The AVCON conductive interface was used by the Ford Ranger Truck EV and the Honda EV-plus. The AVCON conductive EV charging system consists of a charging head (the male handle) which plugs into a AVCON inlet (the female receptacle) mounted on the vehicle.
The AVCON conductive interface was the primary competitor to the Magne Charge inductive charging paddle used by the General Motors' Saturn EV1 and Chevy S10 EV, plus Toyota's RAV4 EV. Ford and Honda chose AVCON as a more cost effective EV charging solution to transfer the same 6KW AC power to the EV's on board charging system (208 to 240 VAC, 40 amp circuit into the charging head).
Many Air Resources Board funded public EV charging installations (money came from DMV fees) had to have both an inductive and a conductive AVCON charging head. This meant twice as much money was spent because the simple, cost-effective AVCON was not adopted by all Automakers. These public EV charging installations did not use Avcon model charging heads; they used the more expensive EVII ICS-200 model AVCON charging heads.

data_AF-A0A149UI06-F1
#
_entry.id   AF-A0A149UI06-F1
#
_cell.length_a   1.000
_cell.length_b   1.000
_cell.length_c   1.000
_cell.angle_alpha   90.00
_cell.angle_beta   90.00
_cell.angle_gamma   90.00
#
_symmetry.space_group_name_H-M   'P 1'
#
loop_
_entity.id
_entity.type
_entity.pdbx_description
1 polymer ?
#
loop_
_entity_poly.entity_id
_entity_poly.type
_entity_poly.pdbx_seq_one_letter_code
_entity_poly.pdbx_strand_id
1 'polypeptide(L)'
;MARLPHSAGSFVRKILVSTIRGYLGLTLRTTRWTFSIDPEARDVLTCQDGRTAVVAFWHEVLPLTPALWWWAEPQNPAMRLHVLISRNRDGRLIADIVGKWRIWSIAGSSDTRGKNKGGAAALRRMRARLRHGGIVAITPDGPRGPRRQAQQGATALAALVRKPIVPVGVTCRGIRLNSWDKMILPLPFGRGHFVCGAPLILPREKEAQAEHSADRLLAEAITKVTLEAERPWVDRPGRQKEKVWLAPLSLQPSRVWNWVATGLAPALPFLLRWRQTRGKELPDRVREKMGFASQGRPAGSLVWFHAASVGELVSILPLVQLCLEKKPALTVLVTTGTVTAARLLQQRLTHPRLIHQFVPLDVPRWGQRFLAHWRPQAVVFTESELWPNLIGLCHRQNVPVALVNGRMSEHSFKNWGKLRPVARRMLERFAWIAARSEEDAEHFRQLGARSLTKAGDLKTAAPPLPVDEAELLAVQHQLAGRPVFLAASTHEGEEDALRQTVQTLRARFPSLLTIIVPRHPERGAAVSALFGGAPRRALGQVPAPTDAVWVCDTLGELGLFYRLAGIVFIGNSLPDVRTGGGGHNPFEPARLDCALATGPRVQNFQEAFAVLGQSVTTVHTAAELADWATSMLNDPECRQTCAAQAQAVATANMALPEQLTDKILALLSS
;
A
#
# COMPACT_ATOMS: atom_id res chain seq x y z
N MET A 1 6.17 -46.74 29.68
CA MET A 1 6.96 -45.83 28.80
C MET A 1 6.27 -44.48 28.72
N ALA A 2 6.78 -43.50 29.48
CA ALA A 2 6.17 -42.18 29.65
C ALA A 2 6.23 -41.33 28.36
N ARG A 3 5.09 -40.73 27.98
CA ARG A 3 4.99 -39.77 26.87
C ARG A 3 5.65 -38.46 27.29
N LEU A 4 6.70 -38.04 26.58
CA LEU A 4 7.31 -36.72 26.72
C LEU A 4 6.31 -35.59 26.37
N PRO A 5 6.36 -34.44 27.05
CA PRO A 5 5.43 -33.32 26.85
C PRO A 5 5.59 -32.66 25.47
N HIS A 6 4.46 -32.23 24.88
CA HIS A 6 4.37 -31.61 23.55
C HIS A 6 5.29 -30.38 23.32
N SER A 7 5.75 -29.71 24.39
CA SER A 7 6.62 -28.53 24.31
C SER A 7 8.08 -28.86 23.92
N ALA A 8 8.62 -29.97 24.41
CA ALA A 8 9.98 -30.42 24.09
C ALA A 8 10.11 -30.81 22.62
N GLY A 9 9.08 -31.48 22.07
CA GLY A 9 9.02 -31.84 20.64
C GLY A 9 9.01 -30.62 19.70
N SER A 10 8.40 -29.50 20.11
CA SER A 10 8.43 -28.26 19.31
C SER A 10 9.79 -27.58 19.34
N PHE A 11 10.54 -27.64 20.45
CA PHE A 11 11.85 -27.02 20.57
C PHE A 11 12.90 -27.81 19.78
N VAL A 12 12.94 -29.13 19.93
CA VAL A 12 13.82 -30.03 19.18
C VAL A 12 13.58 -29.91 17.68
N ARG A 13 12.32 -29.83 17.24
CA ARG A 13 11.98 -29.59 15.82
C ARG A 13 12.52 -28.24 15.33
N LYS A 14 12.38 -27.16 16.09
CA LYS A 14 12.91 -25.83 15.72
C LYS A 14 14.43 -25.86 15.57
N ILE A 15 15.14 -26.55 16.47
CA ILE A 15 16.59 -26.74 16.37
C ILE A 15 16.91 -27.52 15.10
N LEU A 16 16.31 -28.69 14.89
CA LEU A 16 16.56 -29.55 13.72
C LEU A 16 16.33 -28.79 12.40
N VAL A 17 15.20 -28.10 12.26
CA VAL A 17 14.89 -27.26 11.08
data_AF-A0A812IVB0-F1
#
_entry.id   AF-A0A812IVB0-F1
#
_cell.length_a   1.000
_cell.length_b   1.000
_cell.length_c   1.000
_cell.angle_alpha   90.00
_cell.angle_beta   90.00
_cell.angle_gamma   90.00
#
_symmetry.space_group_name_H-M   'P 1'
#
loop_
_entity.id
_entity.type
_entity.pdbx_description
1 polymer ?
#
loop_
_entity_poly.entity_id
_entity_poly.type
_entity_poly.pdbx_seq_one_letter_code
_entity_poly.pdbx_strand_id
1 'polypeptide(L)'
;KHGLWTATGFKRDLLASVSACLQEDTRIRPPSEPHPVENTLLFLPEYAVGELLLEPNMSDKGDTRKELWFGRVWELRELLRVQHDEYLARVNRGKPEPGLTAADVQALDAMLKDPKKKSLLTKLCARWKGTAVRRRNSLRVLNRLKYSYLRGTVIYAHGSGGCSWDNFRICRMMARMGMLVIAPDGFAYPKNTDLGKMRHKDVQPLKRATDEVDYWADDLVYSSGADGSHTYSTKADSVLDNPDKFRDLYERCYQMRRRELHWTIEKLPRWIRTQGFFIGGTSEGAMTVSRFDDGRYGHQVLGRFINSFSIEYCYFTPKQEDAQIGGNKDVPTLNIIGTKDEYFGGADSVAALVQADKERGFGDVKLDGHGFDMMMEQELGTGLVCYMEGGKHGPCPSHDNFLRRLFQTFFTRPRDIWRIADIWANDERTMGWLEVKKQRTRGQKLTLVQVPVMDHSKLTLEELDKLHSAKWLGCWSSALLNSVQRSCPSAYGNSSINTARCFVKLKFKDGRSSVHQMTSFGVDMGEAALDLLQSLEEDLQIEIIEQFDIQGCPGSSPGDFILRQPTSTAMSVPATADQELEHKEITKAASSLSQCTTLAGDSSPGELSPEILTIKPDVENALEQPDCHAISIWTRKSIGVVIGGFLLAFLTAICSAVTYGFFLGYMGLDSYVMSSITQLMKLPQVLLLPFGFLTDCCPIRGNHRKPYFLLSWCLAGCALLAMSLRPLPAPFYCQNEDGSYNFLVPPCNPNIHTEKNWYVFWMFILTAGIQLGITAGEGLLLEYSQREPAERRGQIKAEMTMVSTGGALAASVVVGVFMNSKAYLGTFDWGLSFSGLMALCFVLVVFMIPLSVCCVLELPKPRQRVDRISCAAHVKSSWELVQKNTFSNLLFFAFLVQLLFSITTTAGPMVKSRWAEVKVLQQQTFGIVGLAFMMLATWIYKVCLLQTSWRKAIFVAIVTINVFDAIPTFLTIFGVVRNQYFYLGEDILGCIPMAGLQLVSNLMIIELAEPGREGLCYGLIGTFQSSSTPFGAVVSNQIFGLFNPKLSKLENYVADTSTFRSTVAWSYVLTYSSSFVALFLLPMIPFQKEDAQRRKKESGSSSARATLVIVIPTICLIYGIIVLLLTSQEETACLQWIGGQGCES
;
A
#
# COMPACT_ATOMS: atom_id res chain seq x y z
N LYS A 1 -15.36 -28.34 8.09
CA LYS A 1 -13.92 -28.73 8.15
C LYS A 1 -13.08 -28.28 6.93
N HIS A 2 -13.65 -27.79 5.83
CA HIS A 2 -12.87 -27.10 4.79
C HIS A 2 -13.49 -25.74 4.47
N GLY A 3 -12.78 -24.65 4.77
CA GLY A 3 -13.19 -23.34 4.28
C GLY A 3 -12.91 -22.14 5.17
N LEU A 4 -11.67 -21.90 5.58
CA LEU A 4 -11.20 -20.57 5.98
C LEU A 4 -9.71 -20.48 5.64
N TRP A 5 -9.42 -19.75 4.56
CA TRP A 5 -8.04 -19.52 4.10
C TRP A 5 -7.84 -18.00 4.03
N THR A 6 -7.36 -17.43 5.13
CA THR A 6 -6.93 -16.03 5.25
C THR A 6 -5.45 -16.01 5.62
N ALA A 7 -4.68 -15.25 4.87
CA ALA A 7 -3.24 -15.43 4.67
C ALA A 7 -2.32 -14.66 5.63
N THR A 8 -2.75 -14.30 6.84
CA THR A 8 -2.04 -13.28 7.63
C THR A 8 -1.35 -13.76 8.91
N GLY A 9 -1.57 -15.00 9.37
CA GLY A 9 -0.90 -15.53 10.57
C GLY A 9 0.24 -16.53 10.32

Automakers abandoned their promise to CARB to produce production EVs for public purchase by using a CARB mandate loophole (selling slow neighborhood EVs or carts to obtain their CARB credits), very few production EVs were actually sold to the public (either inductive or conductive).
AVCON was ultimately endorsed by the California Air Resources Board (CARB) over Magne Charge, which caused GM to retire inductive paddle technology.
Since conductive EV charging AVCONs can be used by all EVs, and inductive EV charging can not, some RAV4 EV drivers have taken to bringing their SPI TAL inductive charger with them with an AVCON adapter box (provides a 14-50 outlet). This allows RAV4 EVs with an inductive charging system to recharge from public conductive AVCON EV charging heads.
Soon with no production EVs available, EV charging station hosts (the companies giving the free electric power: Costco, shopping malls, -more-) withdrew they support for the cost of repairs of their public EV charging stations. The EAA (501.3c nonprofit eaaev.org ) members have stepped up by having EV charging funds the public can donate to so these EV charging stations can be repaired after vandals damage them. This keeps the EVs on the road by extending their range for very little electricity cost to the host.
Currently, any public or private AVCON charging head installations are mainly using Avcon models as they are much more cost effective than the now unavailable EVII AVCON models. New EV conversion owners are choosing to install Avcon powerpak EV charging heads at their home, and Avcon inlets in their conversion EVs.